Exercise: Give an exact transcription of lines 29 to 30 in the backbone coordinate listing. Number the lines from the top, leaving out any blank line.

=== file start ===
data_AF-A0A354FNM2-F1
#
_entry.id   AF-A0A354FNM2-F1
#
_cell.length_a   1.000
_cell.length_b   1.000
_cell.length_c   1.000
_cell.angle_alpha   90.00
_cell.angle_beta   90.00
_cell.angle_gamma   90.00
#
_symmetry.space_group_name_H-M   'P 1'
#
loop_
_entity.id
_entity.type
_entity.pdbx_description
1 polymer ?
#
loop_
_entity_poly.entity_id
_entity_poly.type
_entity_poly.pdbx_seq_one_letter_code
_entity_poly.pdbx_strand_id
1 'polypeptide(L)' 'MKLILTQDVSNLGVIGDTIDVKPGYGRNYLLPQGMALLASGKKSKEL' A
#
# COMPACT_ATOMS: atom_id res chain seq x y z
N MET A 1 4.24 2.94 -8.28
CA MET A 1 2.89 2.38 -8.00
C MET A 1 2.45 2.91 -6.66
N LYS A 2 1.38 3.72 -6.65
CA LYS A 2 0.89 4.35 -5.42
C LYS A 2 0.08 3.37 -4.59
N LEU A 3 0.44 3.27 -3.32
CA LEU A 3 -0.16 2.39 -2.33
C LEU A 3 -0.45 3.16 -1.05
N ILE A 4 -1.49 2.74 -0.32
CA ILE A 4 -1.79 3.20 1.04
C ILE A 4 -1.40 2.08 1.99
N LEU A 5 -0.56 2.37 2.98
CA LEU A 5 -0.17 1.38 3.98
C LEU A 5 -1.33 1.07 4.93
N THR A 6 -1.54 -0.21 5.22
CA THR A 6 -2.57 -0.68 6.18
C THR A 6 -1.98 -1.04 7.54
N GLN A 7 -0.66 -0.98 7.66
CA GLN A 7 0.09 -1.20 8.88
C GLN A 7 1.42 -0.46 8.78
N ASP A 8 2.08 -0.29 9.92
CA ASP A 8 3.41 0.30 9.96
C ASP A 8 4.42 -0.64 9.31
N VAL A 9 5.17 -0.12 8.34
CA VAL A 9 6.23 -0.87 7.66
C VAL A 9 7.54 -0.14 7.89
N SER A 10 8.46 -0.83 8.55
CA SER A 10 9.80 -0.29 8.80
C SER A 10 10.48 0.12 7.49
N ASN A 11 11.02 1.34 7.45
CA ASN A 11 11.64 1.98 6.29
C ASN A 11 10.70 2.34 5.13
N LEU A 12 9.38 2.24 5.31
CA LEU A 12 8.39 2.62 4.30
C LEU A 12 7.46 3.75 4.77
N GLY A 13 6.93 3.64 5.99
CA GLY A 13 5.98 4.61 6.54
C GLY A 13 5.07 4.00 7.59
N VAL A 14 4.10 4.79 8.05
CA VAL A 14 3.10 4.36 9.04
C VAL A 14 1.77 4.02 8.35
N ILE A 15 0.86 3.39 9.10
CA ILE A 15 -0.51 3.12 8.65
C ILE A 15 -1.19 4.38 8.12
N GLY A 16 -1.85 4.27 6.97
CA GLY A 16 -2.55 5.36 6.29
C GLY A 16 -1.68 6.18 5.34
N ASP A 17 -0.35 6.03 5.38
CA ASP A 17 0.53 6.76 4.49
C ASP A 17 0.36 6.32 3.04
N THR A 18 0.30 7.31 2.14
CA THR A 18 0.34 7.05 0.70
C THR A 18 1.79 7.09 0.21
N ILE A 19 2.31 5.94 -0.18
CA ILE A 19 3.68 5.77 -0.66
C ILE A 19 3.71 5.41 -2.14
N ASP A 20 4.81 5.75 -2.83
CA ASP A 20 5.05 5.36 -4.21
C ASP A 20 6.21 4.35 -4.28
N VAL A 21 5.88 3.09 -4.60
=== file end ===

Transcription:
CA MET A 1 2.89 2.38 -8.00
C MET A 1 2.45 2.91 -6.66